One Half of Stuffed Mango Kulfi at Kuremal Mohanlal Kulfiwale
Mango Stuffedwith Kulfi at Kuremal Mohanlal Kulfiwale

Post Kuremal, while walking back towards Chawri Bazaar metro station, couple of Chhole Kulchewalas caught attention in Sita Ram Bazaar. And being the ones who do not believe in holding back the temptations, we tried one of them, who turned out be quite okay, nothing great. And then being a Sunday, Veg Kathi Kebabs were being served in Chawri Bazaar with hot Rumali Rotis, how could have we resisted them.

Chhole Kulche at Sita Ram Bazaar
Veg Kathi Kebabs at Chawri Bazaar

Though we also wanted to go to Bade Mian and Standard Sweets (for Chai) however former was closed due to some reason and latter was closed for cleaning at that hour. It was sort of a food marathon, or rather a Hogathon that took place on that day, 4.5 hours of pure eating.  But as usual, cannot wait to embark on the next one.

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Food walk in Old Delhi – Exploring Sita Ram Bazaar

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My love for the walled city is quite known, as mentioned earlier, that place makes me feel like Alice in wonderland. Hence I always cook up excuses and look for opportunities to visit that part of the town. And what better time there is to walk those famed food lanes than in the month of December. The well settled winter chill coupled with possibly the best time to be out basking in the warm sun, we zeroed down on a perfect December afternoon.
Swooping on the heady combination available, a FED raid was called for and a bunch of Food Enthusiasts assembled at the Chawri Bazaar Metro station. This raid was dedicated to explore Sita Ram Bazaar, one of the lesser known lanes of the walled city; however it is also the lane that I end up visiting most often. My regular visits can be attributed to my Aunt, who lives there with her family.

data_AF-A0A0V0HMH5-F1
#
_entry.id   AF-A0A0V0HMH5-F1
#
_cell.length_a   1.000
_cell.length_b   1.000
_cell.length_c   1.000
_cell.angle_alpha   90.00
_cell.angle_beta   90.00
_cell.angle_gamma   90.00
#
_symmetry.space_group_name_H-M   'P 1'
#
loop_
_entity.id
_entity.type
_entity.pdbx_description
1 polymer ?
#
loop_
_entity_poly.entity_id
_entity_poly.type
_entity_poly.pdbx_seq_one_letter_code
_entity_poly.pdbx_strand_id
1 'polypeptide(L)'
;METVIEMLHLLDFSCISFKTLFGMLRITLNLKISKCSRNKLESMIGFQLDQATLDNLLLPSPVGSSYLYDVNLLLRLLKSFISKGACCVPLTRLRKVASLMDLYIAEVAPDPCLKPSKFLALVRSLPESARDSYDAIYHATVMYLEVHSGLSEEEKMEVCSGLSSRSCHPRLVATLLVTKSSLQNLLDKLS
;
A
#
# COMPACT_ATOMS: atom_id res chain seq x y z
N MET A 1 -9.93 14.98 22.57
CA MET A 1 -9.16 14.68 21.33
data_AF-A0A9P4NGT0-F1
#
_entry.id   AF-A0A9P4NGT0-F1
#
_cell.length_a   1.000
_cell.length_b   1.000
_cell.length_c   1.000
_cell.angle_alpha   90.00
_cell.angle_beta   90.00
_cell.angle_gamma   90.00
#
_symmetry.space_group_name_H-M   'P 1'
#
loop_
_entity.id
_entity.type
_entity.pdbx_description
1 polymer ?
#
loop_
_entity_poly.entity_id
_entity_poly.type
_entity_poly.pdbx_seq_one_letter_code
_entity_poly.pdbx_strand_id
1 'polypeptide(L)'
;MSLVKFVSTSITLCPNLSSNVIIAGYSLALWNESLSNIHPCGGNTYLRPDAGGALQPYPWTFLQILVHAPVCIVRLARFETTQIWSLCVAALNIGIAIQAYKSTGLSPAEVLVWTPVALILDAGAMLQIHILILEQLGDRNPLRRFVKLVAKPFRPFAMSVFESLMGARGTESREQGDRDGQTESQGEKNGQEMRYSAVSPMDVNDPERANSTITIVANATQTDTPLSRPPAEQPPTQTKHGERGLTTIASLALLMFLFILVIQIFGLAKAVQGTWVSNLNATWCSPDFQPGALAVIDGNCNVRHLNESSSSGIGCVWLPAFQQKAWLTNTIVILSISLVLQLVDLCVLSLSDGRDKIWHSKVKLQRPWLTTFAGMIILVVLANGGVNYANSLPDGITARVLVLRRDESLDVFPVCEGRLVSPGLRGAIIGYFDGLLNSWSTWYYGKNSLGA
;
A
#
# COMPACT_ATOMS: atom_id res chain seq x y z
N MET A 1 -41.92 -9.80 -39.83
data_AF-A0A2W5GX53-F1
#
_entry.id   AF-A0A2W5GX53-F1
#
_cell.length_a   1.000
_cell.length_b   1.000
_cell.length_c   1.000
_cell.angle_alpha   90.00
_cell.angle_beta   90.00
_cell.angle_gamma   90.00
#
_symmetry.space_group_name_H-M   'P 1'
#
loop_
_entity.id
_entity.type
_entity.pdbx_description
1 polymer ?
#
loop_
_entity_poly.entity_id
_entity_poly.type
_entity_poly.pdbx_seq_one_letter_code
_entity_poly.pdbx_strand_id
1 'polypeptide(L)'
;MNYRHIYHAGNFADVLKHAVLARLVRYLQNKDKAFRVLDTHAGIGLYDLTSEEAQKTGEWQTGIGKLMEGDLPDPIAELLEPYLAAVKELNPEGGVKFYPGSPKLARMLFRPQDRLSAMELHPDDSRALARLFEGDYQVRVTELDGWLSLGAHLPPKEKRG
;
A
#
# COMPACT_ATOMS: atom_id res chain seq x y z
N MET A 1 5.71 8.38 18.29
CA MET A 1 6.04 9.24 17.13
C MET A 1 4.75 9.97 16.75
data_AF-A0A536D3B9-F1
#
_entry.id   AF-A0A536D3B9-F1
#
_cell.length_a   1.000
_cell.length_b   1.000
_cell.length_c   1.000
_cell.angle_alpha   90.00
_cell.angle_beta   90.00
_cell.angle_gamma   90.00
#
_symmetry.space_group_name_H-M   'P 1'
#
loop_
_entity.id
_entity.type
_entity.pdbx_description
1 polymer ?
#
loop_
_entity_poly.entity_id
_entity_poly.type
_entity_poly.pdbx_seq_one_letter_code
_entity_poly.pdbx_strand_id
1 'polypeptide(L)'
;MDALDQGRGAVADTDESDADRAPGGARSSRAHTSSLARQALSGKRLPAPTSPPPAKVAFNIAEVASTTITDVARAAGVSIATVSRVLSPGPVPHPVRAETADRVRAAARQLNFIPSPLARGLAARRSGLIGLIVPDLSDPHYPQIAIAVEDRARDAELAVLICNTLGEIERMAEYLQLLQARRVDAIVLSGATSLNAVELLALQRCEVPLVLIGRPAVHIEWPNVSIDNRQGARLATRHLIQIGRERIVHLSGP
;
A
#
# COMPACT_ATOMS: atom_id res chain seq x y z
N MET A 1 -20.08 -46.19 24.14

What probably very few people know about the Old Delhi food trail is the fact that this particular part of the city, famed for its kebabs and biryanis, also houses lanes that are an absolute delight for a vegetarian. Chawri Bazaar and Sita Ram Bazaar, strongholds of the Hindu trading communities are areas that are traditionally pure vegetarian. As far as I know, even eggs are a very recent addition to the food scene there. This happens to be the area from where the famous Chat, Kachori, Samose, Bedmi, Nagori, Gol Gappe, Kulfi etc of walled city hale from.
The Sita Ram Bazaar food walk that day was quite an ad hoc for experience for me as well. I knew the lanes like the back of my hand but what I was not sure of was which vendors would be serving at that time of the day? Was Sunday the day I would find all that I had sampled previously? Would my regular guy be there or would we miss him by an hour or so? However there was one thing I was pretty sure of and that was the fact that we would not be disappointed. The happy smiles throughout ensure that I don’t need to emphasize of this point at all.

While waiting for other foodies at the metro station, the temptation to have Ram Laddoos of the hawker standing right next to gate number three was hard to resist. Though they were not extraordinary but totally succulent and with the right amount of salt and spices and worth the moolah and the long wait. However as I often say, even the average food you get in those lanes is better than the good food elsewhere.

Ram Laddoo, all dressed up 😛

 

Ram Laddoo outside the Metro Station
Food Enthusiasts waiting to embark on the Expedition